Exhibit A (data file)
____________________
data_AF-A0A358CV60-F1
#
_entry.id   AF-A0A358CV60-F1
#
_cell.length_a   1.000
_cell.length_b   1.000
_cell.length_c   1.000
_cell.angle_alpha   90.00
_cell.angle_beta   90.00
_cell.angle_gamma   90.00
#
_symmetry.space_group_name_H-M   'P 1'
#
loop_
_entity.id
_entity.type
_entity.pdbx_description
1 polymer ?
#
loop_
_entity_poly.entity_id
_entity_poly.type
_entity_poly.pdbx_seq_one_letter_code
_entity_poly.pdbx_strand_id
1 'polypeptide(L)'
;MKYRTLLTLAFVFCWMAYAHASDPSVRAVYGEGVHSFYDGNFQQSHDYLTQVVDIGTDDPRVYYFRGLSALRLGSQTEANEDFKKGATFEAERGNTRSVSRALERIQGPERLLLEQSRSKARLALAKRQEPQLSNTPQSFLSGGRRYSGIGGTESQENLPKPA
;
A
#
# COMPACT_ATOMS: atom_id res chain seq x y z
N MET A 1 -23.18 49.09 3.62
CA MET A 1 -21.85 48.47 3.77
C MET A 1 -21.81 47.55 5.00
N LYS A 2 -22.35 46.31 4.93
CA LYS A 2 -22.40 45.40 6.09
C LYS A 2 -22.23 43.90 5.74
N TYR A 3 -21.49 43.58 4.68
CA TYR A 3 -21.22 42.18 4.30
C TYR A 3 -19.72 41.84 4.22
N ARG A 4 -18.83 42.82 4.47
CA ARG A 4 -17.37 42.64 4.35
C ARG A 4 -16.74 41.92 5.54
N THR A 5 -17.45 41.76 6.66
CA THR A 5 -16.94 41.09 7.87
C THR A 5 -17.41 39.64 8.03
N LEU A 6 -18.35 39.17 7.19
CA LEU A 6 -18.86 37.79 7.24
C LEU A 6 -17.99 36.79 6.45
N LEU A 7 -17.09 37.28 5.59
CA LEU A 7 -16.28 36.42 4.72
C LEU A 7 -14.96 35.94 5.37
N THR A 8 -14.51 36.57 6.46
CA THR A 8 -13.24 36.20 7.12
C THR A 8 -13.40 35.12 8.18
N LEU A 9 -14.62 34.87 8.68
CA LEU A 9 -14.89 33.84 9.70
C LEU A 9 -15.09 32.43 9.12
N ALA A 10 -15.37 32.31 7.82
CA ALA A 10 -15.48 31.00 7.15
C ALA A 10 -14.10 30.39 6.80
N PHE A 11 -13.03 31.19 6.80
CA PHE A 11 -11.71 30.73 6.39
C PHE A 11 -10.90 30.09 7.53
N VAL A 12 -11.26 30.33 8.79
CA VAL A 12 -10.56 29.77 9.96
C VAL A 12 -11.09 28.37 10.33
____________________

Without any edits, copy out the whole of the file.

data_AF-A0A358CV60-F1
#
_entry.id   AF-A0A358CV60-F1
#
_cell.length_a   1.000
_cell.length_b   1.000
_cell.length_c   1.000
_cell.angle_alpha   90.00
_cell.angle_beta   90.00
_cell.angle_gamma   90.00
#
_symmetry.space_group_name_H-M   'P 1'
#
loop_
_entity.id
_entity.type
_entity.pdbx_description
1 polymer ?
#
loop_
_entity_poly.entity_id
_entity_poly.type
_entity_poly.pdbx_seq_one_letter_code
_entity_poly.pdbx_strand_id
1 'polypeptide(L)'
;MKYRTLLTLAFVFCWMAYAHASDPSVRAVYGEGVHSFYDGNFQQSHDYLTQVVDIGTDDPRVYYFRGLSALRLGSQTEANEDFKKGATFEAERGNTRSVSRALERIQGPERLLLEQSRSKARLALAKRQEPQLSNTPQSFLSGGRRYSGIGGTESQENLPKPA
;
A
#
# COMPACT_ATOMS: atom_id res chain seq x y z
N MET A 1 -23.18 49.09 3.62
CA MET A 1 -21.85 48.47 3.77
C MET A 1 -21.81 47.55 5.00
N LYS A 2 -22.35 46.31 4.93
CA LYS A 2 -22.40 45.40 6.09
C LYS A 2 -22.23 43.90 5.74
N TYR A 3 -21.49 43.58 4.68
CA TYR A 3 -21.22 42.18 4.30
C TYR A 3 -19.72 41.84 4.22
N ARG A 4 -18.83 42.82 4.47
CA ARG A 4 -17.37 42.64 4.35
C ARG A 4 -16.74 41.92 5.54
N THR A 5 -17.45 41.76 6.66
CA THR A 5 -16.94 41.09 7.87
C THR A 5 -17.41 39.64 8.03
N LEU A 6 -18.35 39.17 7.19
CA LEU A 6 -18.86 37.79 7.24
C LEU A 6 -17.99 36.79 6.45
N LEU A 7 -17.09 37.28 5.59
CA LEU A 7 -16.28 36.42 4.72
C LEU A 7 -14.96 35.94 5.37
N THR A 8 -14.51 36.57 6.46
CA THR A 8 -13.24 36.20 7.12
C THR A 8 -13.40 35.12 8.18
N LEU A 9 -14.62 34.87 8.68
CA LEU A 9 -14.89 33.84 9.70
C LEU A 9 -15.09 32.43 9.12
N ALA A 10 -15.37 32.31 7.82
CA ALA A 10 -15.48 31.00 7.15
C ALA A 10 -14.10 30.39 6.80
N PHE A 11 -13.03 31.19 6.80
CA PHE A 11 -11.71 30.73 6.39
C PHE A 11 -10.90 30.09 7.53
N VAL A 12 -11.26 30.33 8.79
CA VAL A 12 -10.56 29.77 9.96
C VAL A 12 -11.09 28.37 10.33